Whereas the government of President Lopez Obrador has suspended import permits for more than 80 energy companies, has ended permits for energy import facilities, which puts United States investment at risk, and is advancing a constitutional reform bill that would dissolve the power market in Mexico, eliminate independent regulators, and cancel contracts and permits granted to private companies;

Whereas arbitrary and punitive actions against United States businesses operating in Mexico by the government of President Lopez Obrador, such as the recent shutdown of a limestone quarry owned by a United States company that is a critical component of the construction aggregates supply chain for the southeast United States, are damaging the economic relationship between the United States and Mexico, disrupting North American supply chains, and threatening to undermine the confidence of United States businesses in Mexico as a viable and predictable marketplace and destination for investment;

Whereas United States law enforcement encountered over 2,378,944 migrants attempting to enter the United States illegally through the southern border with Mexico in 2022, reaching an all-time high of 251,978 encounters in December 2022, and have encountered over 156,000 migrants in January 2023;

Whereas United States Border Patrol has documented a rise in the number of convicted criminals attempting to enter the United States illegally, including over 3,000 since October 2022, 12,028 in fiscal year 2022, 10,763 in fiscal year 2021, and 2,438 in fiscal year 2020;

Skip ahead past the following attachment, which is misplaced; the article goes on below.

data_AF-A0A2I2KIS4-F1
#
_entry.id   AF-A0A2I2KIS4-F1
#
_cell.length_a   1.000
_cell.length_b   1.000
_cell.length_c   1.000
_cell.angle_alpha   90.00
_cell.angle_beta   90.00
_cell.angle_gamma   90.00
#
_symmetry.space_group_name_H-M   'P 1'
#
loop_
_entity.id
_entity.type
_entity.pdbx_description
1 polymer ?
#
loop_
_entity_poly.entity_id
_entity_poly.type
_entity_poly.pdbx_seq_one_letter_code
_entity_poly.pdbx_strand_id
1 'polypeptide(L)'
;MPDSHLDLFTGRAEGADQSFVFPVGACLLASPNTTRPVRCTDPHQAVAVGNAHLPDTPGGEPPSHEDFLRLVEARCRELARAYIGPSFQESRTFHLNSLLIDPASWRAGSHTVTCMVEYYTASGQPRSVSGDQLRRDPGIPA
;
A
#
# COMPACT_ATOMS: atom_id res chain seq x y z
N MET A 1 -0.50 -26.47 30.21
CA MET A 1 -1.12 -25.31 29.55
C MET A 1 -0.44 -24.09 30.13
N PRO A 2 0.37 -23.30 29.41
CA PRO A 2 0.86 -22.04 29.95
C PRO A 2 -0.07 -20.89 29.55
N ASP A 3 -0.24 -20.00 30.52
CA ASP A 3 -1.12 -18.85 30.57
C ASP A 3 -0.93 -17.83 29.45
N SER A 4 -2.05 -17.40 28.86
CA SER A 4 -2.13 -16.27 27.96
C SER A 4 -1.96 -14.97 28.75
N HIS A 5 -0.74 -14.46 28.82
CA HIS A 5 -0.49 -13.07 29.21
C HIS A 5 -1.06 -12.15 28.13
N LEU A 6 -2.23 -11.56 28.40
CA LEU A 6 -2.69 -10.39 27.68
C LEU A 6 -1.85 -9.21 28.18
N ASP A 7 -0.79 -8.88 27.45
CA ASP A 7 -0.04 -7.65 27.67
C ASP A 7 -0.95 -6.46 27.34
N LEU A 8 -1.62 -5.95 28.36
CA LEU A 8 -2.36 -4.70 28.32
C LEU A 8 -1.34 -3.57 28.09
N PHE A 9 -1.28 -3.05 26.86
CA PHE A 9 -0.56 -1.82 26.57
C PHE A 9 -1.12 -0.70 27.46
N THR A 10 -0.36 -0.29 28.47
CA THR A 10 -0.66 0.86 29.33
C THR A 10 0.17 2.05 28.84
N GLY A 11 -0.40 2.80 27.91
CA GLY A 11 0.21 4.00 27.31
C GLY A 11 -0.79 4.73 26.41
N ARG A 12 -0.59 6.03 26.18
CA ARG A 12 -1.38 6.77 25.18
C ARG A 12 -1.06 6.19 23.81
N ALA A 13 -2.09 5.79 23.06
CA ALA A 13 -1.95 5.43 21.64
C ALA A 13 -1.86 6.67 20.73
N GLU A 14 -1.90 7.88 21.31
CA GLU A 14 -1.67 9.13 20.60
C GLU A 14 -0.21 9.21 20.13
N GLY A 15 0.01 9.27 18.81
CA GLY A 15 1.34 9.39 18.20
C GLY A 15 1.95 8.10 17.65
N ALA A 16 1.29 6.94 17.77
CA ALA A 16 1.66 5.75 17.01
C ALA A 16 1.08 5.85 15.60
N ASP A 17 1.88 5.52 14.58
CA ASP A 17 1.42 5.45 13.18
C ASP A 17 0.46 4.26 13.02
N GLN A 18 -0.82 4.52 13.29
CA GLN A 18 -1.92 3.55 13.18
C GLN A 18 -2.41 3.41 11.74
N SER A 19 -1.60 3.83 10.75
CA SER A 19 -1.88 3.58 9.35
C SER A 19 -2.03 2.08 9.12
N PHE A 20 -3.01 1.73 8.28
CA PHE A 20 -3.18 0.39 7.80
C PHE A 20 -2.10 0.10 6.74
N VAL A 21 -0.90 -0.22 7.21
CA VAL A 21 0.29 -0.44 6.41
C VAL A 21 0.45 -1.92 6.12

Whereas U.S. Customs and Border Protection operational statistics showed fentanyl seizures at the United States southern border increased 66.86 percent in January 2023, compared to January 2022, with over a 907 percent increase from January 2020;

Whereas U.S. Customs and Border Protection has reported an approximately 207 percent increase in the amount of illicit fentanyl seized at the southwest border since fiscal year 2020, and the Drug Enforcement Administration reported the seizure of 379,000,000 potentially deadly doses of fentanyl in 2022;

Whereas the Centers for Disease Control and Prevention (CDC) reported a record of 107,000 overdose deaths in the United States in 2022, with more than 71,400 (66.5 percent) of those attributed to synthetic opioids, a substantial amount of which are illicitly produced in Mexico using precursor chemicals imported from the People’s Republic of China and mixed or reshipped by the Sinaloa and Jalisco New Generation (CJNG) drug cartels;